The start to the new race season is always full of excitement as hopes are high that the year will be a kind one, full of wins and maybe even records. For NMCA Holley EFI Factory Super Cars racer David Barton, the season started off in the opposite fashion as his 2019 COPO Camaro had a date with disaster at the 50th annual NHRA Gatornationals race in mid-March at Gainesville Raceway in Florida.
Barton, who is based out of Robesonia, Pennsylvania, and works as the General Manager of Ray Barton Racing Engines by day, made the trip down to Florida ready to campaign his COPO for car owner Gary Wolkwitz. SAM-Tech Factory Stock Showdown qualifying went well, and Barton was eleventh going into the start of eliminations with his 7.879-second pass.
“Last year we had a slight head gasket issue, and, now that we’re making close to 200 horsepower more than last year, it’s become a major problem and the heads are lifting off the block a lot easier,” disclosed Barton, who is pushing the GM powerplant further than the factory ever intended thanks to the new Magnusson supercharger he’s running and is one of several drivers facing similar issues. “It’s smaller than the Whipple, but it’s a more efficient design and air temps are cooler and overall it really kicks ass.”
Throughout the race, the problem got worse and worse so Barton did what he could to mitigate things and stay safe, including keeping the radiator on the low side and putting a bigger catch can on, too. “I was trying to be cautious and not lean on it until I needed to,” he explained. Well, in the first round of Saturday’s eliminations, Barton was paired with Chris Holbrook and he knew that he could potentially be outrun by a tenth. So, Barton cranked it up, added some timing and leaned it up a bit, and the problem got worse. “It was spitting water out the header, some got under my back tire, and I spun out in a split second.”
Barton has been driving for a number of years and the idea of “if it gets squirrely, I’ll just lift” wasn’t even an option as the COPO made a hard right turn across the center line (and directly in front of Holbrook, who narrowly avoided being caught up in the mess) so quickly that Barton didn’t even have time to process what was going on. One second he was winning the race and the next, he was in the wall.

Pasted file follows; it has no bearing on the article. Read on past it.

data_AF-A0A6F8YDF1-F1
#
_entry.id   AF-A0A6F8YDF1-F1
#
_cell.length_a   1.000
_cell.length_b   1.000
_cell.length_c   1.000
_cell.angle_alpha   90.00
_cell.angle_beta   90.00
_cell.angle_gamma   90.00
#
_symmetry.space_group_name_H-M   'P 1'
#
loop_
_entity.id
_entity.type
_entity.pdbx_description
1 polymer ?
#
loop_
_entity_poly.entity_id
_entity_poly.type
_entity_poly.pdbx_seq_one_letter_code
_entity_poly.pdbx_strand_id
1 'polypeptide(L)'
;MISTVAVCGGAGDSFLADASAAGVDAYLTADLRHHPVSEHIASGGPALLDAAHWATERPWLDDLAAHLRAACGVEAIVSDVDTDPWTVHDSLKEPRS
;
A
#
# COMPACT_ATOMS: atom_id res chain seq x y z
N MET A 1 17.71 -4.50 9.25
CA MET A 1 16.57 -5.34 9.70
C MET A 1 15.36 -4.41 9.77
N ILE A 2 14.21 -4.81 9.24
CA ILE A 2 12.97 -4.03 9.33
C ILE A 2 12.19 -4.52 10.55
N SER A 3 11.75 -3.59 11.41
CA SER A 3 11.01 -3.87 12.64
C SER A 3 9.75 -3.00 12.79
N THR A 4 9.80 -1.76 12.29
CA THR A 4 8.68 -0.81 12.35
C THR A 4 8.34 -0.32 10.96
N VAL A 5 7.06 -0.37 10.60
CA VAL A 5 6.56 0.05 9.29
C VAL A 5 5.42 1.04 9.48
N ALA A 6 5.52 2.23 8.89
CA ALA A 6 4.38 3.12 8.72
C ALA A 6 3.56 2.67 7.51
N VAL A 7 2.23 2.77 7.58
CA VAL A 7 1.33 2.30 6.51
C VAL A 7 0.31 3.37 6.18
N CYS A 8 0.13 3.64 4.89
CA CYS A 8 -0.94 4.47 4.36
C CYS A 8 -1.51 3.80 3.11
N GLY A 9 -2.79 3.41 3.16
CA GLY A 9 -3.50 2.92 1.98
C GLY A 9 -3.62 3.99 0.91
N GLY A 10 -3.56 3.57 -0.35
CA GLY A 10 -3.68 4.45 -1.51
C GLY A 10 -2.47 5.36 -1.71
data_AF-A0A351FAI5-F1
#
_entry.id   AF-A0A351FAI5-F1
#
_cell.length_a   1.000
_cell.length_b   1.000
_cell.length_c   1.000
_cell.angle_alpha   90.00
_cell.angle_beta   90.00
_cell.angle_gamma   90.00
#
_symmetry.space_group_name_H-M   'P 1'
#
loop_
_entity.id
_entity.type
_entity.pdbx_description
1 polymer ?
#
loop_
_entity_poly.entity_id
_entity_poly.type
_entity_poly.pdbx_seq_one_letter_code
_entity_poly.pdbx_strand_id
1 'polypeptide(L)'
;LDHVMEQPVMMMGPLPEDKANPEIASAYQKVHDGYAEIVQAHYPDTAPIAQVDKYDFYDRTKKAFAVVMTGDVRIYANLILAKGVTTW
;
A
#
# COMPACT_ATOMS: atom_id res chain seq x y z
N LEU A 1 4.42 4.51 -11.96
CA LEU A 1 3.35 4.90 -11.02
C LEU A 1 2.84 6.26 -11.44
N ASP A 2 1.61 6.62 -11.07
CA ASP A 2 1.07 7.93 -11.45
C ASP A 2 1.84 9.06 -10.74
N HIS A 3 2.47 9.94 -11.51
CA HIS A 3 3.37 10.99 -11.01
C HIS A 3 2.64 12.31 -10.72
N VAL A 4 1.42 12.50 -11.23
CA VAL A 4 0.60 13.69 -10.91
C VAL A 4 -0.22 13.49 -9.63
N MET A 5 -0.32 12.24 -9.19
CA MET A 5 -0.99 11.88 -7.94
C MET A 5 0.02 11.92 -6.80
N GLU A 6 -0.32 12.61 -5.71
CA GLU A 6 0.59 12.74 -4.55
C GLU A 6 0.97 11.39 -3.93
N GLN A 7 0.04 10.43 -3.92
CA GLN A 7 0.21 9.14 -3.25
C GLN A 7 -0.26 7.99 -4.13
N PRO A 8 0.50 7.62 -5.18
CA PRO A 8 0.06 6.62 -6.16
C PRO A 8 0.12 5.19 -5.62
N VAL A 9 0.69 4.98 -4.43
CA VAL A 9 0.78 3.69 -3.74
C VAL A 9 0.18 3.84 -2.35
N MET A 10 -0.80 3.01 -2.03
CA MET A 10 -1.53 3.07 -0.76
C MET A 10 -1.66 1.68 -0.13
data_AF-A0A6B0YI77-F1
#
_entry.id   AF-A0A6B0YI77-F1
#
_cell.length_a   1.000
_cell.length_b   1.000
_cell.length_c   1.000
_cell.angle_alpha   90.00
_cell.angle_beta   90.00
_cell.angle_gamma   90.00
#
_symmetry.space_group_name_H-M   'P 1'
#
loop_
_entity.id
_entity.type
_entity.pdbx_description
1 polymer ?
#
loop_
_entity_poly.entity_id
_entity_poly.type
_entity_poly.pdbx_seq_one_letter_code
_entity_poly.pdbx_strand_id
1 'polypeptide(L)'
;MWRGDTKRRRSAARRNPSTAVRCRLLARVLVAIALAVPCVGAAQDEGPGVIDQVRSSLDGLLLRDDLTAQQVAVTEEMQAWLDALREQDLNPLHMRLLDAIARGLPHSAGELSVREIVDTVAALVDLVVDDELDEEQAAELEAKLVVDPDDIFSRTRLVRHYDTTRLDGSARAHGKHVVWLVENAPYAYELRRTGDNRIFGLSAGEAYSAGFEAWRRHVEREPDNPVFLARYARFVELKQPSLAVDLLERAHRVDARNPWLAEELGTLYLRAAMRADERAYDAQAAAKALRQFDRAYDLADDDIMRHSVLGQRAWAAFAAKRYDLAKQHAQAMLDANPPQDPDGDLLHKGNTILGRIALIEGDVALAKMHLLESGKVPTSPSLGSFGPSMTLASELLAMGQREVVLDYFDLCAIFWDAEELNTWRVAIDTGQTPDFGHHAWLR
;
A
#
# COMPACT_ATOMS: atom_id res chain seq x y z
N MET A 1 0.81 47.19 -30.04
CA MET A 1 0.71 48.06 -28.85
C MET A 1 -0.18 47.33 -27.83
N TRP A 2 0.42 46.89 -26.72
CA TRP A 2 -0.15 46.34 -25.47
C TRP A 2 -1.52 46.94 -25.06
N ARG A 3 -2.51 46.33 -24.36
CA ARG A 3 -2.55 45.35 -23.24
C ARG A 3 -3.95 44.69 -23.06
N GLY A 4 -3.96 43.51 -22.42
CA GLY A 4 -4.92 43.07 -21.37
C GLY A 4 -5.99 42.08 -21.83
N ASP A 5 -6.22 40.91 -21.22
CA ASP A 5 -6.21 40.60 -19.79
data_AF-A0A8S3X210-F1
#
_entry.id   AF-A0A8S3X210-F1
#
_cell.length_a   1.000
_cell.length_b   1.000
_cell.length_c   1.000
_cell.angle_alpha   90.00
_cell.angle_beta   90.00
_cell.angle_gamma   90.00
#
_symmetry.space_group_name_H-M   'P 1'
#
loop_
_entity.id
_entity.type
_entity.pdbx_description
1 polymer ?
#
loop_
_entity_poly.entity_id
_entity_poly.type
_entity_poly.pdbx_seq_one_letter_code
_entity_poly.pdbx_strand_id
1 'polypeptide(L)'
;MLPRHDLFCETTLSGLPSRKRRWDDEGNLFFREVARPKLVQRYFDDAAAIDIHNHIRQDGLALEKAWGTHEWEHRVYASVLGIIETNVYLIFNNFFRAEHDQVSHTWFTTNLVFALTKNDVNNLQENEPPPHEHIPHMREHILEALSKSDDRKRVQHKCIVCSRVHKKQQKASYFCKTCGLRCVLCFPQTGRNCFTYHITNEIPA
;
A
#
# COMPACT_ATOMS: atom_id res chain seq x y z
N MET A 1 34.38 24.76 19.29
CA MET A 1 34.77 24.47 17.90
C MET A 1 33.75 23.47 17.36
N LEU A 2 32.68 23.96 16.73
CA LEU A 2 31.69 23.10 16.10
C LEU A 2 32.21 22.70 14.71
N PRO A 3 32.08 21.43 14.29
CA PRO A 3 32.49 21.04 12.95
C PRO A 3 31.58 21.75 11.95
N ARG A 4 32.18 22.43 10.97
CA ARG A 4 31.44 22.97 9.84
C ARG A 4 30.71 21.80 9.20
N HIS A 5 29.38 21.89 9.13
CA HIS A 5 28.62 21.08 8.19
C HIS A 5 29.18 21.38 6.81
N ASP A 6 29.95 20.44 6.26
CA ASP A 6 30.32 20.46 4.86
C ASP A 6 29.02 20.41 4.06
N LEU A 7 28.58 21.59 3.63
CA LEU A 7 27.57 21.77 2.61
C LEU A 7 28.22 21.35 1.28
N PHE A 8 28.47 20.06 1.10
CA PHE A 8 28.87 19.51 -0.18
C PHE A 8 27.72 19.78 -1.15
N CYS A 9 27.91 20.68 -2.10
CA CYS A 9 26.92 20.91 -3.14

“I regretted taking the car back down the track, yes, but how many people would have pulled the plug on an entire race when it seemed as simple as overflowing the catch can a little?” mused the driver in hindsight.
Fortunately, Barton wasn’t hurt at all in the wreck (despite whacking his head on the roll bar) and the damage to the COPO wasn’t as bad as it first seemed. “I thought it was completely wrecked, but after we took the nose off, we realized it absorbed the hit really well,” shared Barton. “All the stuff on the front that was crunched, I could just unbolt and put on replacements – I didn’t want to have to do this at all, of course, but that was a big relief.”
Car owner Wolkwitz understands sometimes you have to pay to play in racing, and is committed to doing whatever is needed to move forward while also taking steps to be safer. The car will be repaired to erase any evidence of the collision, and Barton will be modifying the COPO’s potent LS7 engine to hopefully prevent the head gasket issue from continuing – although he’s hesitant to share the specifics of his plan so as not to give up a competitive advantage.
If all goes well during the rebuild, Barton expects to be back in action with Wolkwitz’s COPO in four or five weeks so that he can race at the NHRA event in Charlotte, North Carolina.